A quick tip for maintaining your leadership presence: How to manage emotions under pressure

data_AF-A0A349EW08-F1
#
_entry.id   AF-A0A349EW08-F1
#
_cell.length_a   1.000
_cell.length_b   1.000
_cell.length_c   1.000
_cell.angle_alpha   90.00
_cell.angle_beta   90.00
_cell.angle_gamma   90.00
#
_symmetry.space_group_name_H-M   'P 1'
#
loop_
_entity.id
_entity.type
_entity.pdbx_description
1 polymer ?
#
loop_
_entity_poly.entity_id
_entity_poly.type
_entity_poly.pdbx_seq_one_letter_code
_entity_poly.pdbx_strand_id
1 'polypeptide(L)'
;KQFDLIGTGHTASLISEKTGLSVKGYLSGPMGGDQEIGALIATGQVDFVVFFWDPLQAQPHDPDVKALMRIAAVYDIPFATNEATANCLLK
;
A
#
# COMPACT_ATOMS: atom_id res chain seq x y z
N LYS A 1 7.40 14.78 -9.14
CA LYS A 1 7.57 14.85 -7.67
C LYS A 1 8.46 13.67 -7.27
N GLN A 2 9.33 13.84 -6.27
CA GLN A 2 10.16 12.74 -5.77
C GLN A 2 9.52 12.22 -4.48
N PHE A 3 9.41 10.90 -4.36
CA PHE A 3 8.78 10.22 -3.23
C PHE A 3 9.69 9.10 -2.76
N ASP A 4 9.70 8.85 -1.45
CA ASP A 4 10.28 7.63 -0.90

One of my participants asked the most brilliant question on a leadership training this week. We were talking about the importance of managing your emotional intelligence as a leader, which is so critical considering it’s the leader that sets the tone of a team. To the extent that the leader of a team shows up as frustrated or anxious, it creates a multiplier effect that spills over onto everyone else, and the problem is that your team isn’t going to do their best work in an environment like that. “I know it’s important to reflect. Meditation and journaling are helpful. Exercise is helpful. Sleep is important I know. But what do I do if say I’m in a meeting, and it’s tense. And I find my emotions getting triggered. Let’s say I get angry because the person I’m dealing with is inflexible and difficult. What can I do to manage my emotions then?” I love this question. And it brings up a great point. A lot of the stress management and emotional management techniques out there are aimed at what I call maintenance. Establishing healthy practices that enhance our overall quality of emotional well-being. And these are fantastic as they greatly reduce the overall probability that we will get triggered at an inopportune time. But we all have a bad day. We all have a bad moment. We’re human after all, and the human experience is full of emotions, some on the positive side, some on the painful and so called “negative” side. That’s the inherent duality of life. And no matter how subtle our reaction to something that triggers us, it still triggers us. Maybe we don’t say what we would really like to say or what we’re thinking in the moment – I’m scared, You’re wasting my time, You’re an idiot, I’m an idiot, This is stupid, but it still affects us and the quality of the interaction we are engaged in. We tense up, they tense up. We tune out, they tune out. Energetically something is going on, something is not being said, but tension hangs in the air, and you could cut it with a knife. So back to the amazing question. What do I do? The following practice is one that could be helpful. You can use aspects of it in the moment if you find yourself in a pinch, maybe you just utilize the pause step at that critical moment when you’re really triggered and you can also utilize it as a diagnostic tool to help build awareness. How to manage emotions in a difficult situation – a 3 step process Pause – Take a couple of deep breaths. If you’re in a meeting no one has to know. If it’s appropriate you might excuse yourself for a minute or two. Then ask yourself a question or two: Whatever the feeling is, it’s valid. Just acknowledge it. There’s no need to blame or shame yourself for feeling whatever is coming up. You might tell […]